Two of the world’s biggest property investors are split on the current state of the US commercial real estate cycle.

For Blackstone Inc., with about $600 billion in property globally, the market is finding a floor. A peak in interest rates and a slowdown in the supply of new construction are indicators that real estate in the US is bottoming, according to Kathleen McCarthy, global co-head of real estate at Blackstone.

“There’s bad news coming, but it’s the aftermath of the shipwreck that’s already happened,” McCarthy said at the Milken Institute Global Conference in Beverly Hills.

Starwood Capital Group, with $115 billion under management, sees more pain ahead, with banks at risk of failing because higher interest rates have left the loans in their portfolios underwater.

“There’s a huge distressed cycle ahead of us,” Starwood Chairman Barry Sternlicht said at the conference.

Real estate transactions have declined globally for seven consecutive quarters, falling to $130 billion in the first three months of 2024, the lowest level since 2011-12 in the aftermath of the global financial crisis, according to MSCI Real Assets. A plunge in dealmaking since central banks began hiking interest rates in 2022 adds to uncertainty about property valuations.

Prices have begun to level off in the US, with values unchanged from March through April, according to an index by Green Street. For all types of assets, values are down 21% from their peak in early 2022, led by a 37% plunge for offices.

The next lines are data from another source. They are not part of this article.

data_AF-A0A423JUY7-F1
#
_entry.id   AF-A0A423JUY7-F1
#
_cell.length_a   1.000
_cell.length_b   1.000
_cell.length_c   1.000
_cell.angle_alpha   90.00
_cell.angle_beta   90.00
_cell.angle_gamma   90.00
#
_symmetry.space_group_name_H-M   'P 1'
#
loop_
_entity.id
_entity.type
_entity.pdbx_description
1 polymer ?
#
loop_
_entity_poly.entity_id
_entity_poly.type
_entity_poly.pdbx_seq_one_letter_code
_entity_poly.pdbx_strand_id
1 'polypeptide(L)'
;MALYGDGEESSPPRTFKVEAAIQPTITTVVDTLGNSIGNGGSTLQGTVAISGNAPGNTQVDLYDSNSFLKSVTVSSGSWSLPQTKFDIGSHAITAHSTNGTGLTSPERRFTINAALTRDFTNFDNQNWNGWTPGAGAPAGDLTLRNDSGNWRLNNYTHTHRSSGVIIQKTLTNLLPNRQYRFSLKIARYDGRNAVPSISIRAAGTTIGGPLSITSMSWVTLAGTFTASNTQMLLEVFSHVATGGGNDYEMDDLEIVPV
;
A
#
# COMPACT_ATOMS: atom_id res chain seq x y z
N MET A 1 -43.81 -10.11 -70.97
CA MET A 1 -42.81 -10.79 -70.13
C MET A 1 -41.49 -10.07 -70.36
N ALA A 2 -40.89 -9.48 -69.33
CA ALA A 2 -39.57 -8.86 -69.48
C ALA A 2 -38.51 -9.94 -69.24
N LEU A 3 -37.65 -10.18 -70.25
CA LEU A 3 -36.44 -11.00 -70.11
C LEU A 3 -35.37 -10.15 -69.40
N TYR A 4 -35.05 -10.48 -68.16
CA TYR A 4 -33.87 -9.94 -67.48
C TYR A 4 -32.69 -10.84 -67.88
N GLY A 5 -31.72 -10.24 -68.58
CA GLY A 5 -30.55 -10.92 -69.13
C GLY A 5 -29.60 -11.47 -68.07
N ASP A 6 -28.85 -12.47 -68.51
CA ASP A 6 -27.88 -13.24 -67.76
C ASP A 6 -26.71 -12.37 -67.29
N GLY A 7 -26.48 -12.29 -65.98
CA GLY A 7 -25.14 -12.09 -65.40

Much of the upcoming deal activity is expected to be driven by the massive amount of properties needing refinancing as loans mature in today’s higher-for-longer rate environment. A record $929 billion of commercial-property debt — about 20% of outstanding loans — is maturing this year, the Mortgage Bankers Association estimated.

Outside the US, India and Europe are high-conviction markets for Blackstone, McCarthy said. For Sternlicht, Europe, Japan and Singapore are better targets for investors than the US because they have more limited supply and are likely to cut interest rates sooner.

It’s vital to choose the right locations and buildings when investing, he said. 

“Real estate is block by block,” Sternlicht said. “It’s not on a computer.”

This article was provided by Bloomberg News.